Sadly this kind of rhetoric didn’t die with the Victorians. It’s alive and well and it’s eating away at us every bloody day. It’s most blatantly stated in the particular brand of corporatist libertarianism that insists that we would do just fine without all those expensive governmental safety nets, because the work of welfare would be picked up by individual philanthropists. They never seem to quite get that for lots of us, the idea of being held up for scrutiny by someone with more money and power than you, who will decide whether you are worthy to be helped survive (and will then likely expect grovelling gratitude from you for the rest of your life) is just about a perfect description of hell. Especially for the people to whom it’s already happening.

Every time a marginalised group takes the field, the rhetoric of deserving-ness tends to pop up again – the desperate attempt by members of the group in question to prove that they are Not All Like [Insert Stereotype Here], that they are Deserving, and are therefore worthy of being treated like human beings.

It should not have to work like this.

People play by the rules because there’s only so much space in anyone’s life, only so many spoons to hand, and we all do what we need to do to survive. I blame nobody for deciding that their best option to get through the day is to conform as closely as they can to the existing rulebook. On a system-wide scale, though, that needs to change. Not just our ideas of what constitutes ‘deserving’; the whole damn concept that certain people have to deserve, have to earn, the same rights that others automatically enjoy.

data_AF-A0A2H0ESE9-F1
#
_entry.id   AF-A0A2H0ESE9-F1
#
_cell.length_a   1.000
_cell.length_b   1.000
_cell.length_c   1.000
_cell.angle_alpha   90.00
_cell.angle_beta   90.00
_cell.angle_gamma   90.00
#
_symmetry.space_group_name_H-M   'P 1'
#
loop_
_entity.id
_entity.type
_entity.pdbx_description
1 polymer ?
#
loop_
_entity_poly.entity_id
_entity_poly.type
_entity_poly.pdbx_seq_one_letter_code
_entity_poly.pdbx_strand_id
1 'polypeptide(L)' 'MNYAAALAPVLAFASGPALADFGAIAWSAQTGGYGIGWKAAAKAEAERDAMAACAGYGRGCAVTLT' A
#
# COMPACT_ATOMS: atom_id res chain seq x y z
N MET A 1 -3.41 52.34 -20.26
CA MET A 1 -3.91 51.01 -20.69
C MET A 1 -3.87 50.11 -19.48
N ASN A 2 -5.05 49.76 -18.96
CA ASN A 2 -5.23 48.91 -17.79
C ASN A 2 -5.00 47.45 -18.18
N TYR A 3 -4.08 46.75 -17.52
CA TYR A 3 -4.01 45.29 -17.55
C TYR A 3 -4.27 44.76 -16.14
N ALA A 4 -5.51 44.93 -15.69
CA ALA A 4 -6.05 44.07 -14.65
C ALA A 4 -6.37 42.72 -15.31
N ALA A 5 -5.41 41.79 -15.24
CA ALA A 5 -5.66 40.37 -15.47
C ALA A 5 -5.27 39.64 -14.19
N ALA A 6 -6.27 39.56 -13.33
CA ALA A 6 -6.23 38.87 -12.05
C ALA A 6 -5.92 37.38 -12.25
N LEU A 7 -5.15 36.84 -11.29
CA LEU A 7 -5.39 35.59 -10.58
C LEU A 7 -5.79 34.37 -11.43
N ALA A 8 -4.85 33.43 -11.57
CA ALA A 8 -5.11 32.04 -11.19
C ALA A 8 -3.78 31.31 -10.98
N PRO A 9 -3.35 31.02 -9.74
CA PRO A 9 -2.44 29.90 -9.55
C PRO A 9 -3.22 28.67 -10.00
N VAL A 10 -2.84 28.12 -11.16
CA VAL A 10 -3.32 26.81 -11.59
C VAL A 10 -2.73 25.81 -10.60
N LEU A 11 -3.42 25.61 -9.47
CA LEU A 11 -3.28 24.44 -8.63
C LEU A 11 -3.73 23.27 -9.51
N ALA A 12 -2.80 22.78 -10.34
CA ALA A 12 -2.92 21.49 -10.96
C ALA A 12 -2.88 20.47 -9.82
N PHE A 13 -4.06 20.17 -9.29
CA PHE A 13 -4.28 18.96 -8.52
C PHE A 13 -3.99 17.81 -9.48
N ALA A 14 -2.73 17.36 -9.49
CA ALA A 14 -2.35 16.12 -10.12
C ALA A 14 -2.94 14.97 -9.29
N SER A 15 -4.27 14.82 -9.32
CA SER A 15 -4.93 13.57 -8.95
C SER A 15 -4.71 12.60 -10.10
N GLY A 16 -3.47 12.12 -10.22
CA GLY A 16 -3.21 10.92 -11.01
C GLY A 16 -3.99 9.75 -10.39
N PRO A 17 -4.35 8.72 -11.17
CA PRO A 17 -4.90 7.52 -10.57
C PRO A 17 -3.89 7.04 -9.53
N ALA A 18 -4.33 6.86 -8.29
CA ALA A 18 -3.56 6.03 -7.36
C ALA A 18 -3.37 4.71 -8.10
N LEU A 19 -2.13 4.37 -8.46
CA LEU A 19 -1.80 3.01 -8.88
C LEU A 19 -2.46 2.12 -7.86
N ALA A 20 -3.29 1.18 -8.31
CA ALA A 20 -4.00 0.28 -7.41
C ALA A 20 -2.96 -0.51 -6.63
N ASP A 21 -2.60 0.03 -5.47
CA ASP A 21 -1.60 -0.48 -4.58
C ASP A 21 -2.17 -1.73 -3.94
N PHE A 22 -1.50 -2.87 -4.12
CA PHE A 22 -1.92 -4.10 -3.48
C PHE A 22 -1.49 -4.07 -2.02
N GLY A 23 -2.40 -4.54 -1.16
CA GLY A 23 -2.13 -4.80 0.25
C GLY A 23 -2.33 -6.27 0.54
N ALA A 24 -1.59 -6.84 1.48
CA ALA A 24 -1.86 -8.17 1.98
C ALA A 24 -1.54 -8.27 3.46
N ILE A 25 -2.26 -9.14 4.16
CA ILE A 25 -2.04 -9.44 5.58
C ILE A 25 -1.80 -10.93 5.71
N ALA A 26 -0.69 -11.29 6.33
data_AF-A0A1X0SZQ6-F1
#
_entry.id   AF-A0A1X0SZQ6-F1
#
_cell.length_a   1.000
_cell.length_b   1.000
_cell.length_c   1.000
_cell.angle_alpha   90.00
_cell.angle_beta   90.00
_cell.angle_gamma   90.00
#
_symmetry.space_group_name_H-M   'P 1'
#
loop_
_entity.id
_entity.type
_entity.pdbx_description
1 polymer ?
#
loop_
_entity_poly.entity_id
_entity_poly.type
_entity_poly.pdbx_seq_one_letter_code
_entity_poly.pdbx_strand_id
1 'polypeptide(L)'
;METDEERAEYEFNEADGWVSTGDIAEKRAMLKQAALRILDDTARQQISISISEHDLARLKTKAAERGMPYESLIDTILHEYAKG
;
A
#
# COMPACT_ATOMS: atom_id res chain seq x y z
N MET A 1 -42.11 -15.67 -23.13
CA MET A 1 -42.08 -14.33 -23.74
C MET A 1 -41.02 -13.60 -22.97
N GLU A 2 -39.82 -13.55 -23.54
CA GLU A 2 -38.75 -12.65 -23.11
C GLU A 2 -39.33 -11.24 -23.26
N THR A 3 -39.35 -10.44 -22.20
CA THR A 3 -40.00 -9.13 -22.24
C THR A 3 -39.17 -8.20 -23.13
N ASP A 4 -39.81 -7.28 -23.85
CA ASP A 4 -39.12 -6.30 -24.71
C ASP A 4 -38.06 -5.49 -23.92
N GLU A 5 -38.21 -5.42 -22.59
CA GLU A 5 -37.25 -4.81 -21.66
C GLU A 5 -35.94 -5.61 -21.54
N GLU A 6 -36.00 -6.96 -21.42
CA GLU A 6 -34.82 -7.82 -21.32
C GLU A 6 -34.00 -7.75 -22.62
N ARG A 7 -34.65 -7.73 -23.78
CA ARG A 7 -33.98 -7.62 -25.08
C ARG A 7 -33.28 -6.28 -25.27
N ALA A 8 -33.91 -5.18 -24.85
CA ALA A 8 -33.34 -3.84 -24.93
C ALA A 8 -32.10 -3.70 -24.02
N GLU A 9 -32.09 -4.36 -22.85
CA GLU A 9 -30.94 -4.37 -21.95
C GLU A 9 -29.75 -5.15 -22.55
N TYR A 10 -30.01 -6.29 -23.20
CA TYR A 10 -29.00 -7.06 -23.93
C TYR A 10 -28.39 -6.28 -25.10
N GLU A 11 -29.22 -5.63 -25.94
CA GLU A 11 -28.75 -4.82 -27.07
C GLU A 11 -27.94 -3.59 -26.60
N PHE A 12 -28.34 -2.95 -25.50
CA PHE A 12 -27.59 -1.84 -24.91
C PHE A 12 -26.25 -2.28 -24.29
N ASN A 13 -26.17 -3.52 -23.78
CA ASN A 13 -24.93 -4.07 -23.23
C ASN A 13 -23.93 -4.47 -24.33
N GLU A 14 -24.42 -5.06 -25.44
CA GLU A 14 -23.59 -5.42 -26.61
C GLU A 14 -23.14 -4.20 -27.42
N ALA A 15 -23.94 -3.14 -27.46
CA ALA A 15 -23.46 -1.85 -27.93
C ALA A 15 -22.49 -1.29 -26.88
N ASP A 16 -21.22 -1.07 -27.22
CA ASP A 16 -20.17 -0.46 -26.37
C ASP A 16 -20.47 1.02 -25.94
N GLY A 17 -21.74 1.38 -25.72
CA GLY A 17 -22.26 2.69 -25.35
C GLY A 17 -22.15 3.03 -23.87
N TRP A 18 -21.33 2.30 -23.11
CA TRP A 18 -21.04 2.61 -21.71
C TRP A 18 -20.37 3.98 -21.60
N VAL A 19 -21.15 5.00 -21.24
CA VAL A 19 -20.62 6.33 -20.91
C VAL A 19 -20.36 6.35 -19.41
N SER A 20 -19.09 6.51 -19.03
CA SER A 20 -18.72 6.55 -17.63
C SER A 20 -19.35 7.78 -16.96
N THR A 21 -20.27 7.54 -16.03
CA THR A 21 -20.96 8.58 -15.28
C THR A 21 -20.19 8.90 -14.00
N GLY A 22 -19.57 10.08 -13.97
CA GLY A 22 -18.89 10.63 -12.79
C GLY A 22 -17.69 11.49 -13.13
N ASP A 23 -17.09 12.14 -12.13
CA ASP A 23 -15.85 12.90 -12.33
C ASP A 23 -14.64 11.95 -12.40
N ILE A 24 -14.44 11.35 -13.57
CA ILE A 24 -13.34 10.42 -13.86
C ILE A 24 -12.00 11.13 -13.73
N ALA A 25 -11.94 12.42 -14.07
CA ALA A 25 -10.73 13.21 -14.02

7 Comments leave one →
  1. Paul Skinner permalink
    September 12, 2010 2:42 pm

    “They never seem to quite get that for lots of us, the idea of being held up for scrutiny by someone with more money and power than you, who will decide whether you are worthy to be helped survive (and will then likely expect grovelling gratitude from you for the rest of your life) is just about a perfect description of hell.”

    This irks me. You presume quite without basis that rich people who are philanthropists expect grovelling gratitude.

    I’d suggest that is certainly less than “likely”.

    I actually happen to know a fair few very rich indeed philanthropists who require no validation of their status from those whom they help.

    Don’t go around tarring all rich people with the same stereotype, please.

    /sticking up for the rich (now there’s an area that really suffers from whatever the monetary equivalent of racism is)

  2. September 12, 2010 3:31 pm

    Good for them; honestly, good for them.

    I do contest the idea that there isn’t an expectation of gratitude (okay, perhaps not actual grovelling) attached to most if not all varieties of charitable gift, even if said charity is so piddling as to be next to useless – or worse than useless, like the people who donate unusably broken items to charity shops, thus transferring the cost of disposal onto the charity, and acting offended when charities then require that donations be in good nick.